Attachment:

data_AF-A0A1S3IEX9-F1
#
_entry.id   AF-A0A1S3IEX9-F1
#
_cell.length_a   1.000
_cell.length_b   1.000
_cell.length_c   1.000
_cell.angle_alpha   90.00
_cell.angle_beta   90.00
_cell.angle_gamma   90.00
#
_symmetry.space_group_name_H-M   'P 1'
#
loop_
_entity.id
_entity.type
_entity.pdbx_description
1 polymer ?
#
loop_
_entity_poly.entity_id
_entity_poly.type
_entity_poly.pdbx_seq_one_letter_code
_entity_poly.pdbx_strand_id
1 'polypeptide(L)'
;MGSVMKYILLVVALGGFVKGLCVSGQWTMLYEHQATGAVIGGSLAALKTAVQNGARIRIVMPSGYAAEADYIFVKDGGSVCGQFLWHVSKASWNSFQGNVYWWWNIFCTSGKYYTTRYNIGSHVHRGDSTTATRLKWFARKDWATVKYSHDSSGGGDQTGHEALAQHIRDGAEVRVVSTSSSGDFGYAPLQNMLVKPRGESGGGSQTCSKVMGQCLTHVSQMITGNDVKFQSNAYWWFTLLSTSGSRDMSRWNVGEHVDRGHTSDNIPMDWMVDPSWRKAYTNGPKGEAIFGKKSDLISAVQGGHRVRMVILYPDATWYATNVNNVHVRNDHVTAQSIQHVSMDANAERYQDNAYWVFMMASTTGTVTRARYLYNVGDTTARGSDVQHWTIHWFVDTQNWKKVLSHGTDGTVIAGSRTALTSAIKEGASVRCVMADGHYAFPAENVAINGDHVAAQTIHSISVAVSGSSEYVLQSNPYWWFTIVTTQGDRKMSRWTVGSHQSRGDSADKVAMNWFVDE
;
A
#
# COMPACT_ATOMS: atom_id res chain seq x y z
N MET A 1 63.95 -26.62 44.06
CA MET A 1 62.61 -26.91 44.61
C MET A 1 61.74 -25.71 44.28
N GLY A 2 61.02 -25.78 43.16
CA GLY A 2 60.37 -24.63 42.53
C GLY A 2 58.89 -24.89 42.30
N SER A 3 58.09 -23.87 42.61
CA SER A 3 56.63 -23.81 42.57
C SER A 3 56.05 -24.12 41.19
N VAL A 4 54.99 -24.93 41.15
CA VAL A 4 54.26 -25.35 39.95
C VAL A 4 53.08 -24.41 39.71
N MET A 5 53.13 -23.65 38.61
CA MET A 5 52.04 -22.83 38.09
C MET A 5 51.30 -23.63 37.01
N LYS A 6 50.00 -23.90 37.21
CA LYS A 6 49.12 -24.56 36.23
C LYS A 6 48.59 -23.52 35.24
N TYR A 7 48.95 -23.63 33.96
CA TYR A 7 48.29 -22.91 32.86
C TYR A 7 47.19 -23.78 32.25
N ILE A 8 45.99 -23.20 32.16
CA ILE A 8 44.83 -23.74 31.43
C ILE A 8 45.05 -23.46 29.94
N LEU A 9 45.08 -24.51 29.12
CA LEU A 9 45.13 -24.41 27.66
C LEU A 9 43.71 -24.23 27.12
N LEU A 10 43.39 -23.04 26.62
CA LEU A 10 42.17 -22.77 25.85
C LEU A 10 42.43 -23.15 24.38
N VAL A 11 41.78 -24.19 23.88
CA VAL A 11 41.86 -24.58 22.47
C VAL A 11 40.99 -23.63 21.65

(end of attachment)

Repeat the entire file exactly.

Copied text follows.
data_AF-A0A1S3IEX9-F1
#
_entry.id   AF-A0A1S3IEX9-F1
#
_cell.length_a   1.000
_cell.length_b   1.000
_cell.length_c   1.000
_cell.angle_alpha   90.00
_cell.angle_beta   90.00
_cell.angle_gamma   90.00
#
_symmetry.space_group_name_H-M   'P 1'
#
loop_
_entity.id
_entity.type
_entity.pdbx_description
1 polymer ?
#
loop_
_entity_poly.entity_id
_entity_poly.type
_entity_poly.pdbx_seq_one_letter_code
_entity_poly.pdbx_strand_id
1 'polypeptide(L)'
;MGSVMKYILLVVALGGFVKGLCVSGQWTMLYEHQATGAVIGGSLAALKTAVQNGARIRIVMPSGYAAEADYIFVKDGGSVCGQFLWHVSKASWNSFQGNVYWWWNIFCTSGKYYTTRYNIGSHVHRGDSTTATRLKWFARKDWATVKYSHDSSGGGDQTGHEALAQHIRDGAEVRVVSTSSSGDFGYAPLQNMLVKPRGESGGGSQTCSKVMGQCLTHVSQMITGNDVKFQSNAYWWFTLLSTSGSRDMSRWNVGEHVDRGHTSDNIPMDWMVDPSWRKAYTNGPKGEAIFGKKSDLISAVQGGHRVRMVILYPDATWYATNVNNVHVRNDHVTAQSIQHVSMDANAERYQDNAYWVFMMASTTGTVTRARYLYNVGDTTARGSDVQHWTIHWFVDTQNWKKVLSHGTDGTVIAGSRTALTSAIKEGASVRCVMADGHYAFPAENVAINGDHVAAQTIHSISVAVSGSSEYVLQSNPYWWFTIVTTQGDRKMSRWTVGSHQSRGDSADKVAMNWFVDE
;
A
#
# COMPACT_ATOMS: atom_id res chain seq x y z
N MET A 1 63.95 -26.62 44.06
CA MET A 1 62.61 -26.91 44.61
C MET A 1 61.74 -25.71 44.28
N GLY A 2 61.02 -25.78 43.16
CA GLY A 2 60.37 -24.63 42.53
C GLY A 2 58.89 -24.89 42.30
N SER A 3 58.09 -23.87 42.61
CA SER A 3 56.63 -23.81 42.57
C SER A 3 56.05 -24.12 41.19
N VAL A 4 54.99 -24.93 41.15
CA VAL A 4 54.26 -25.35 39.95
C VAL A 4 53.08 -24.41 39.71
N MET A 5 53.13 -23.65 38.61
CA MET A 5 52.04 -22.83 38.09
C MET A 5 51.30 -23.63 37.01
N LYS A 6 50.00 -23.90 37.21
CA LYS A 6 49.12 -24.56 36.23
C LYS A 6 48.59 -23.52 35.24
N TYR A 7 48.95 -23.63 33.96
CA TYR A 7 48.29 -22.91 32.86
C TYR A 7 47.19 -23.78 32.25
N ILE A 8 45.99 -23.20 32.16
CA ILE A 8 44.83 -23.74 31.43
C ILE A 8 45.05 -23.46 29.94
N LEU A 9 45.08 -24.51 29.12
CA LEU A 9 45.13 -24.41 27.66
C LEU A 9 43.71 -24.23 27.12
N LEU A 10 43.39 -23.04 26.62
CA LEU A 10 42.17 -22.77 25.85
C LEU A 10 42.43 -23.15 24.38
N VAL A 11 41.78 -24.19 23.88
CA VAL A 11 41.86 -24.58 22.47
C VAL A 11 40.99 -23.63 21.65